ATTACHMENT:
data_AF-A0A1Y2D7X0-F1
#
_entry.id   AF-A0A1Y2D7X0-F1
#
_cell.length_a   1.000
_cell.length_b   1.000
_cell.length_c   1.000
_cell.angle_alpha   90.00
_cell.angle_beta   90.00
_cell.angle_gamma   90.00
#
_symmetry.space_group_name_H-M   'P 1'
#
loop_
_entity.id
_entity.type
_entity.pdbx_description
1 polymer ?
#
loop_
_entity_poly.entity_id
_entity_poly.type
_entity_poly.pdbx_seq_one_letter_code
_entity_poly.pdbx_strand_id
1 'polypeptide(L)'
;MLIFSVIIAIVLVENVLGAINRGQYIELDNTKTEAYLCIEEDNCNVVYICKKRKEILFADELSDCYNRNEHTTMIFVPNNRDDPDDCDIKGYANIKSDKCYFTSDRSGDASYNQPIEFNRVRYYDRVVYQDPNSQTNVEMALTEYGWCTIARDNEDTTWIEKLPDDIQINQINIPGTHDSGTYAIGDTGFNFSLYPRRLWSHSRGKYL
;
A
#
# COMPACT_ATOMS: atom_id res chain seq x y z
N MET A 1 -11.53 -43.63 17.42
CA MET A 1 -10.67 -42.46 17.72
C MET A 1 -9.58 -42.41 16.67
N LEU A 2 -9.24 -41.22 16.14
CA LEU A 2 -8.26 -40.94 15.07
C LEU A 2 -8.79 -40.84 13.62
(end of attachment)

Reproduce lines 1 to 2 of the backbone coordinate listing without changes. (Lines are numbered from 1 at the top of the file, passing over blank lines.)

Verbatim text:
data_AF-A0A1Y2D7X0-F1
#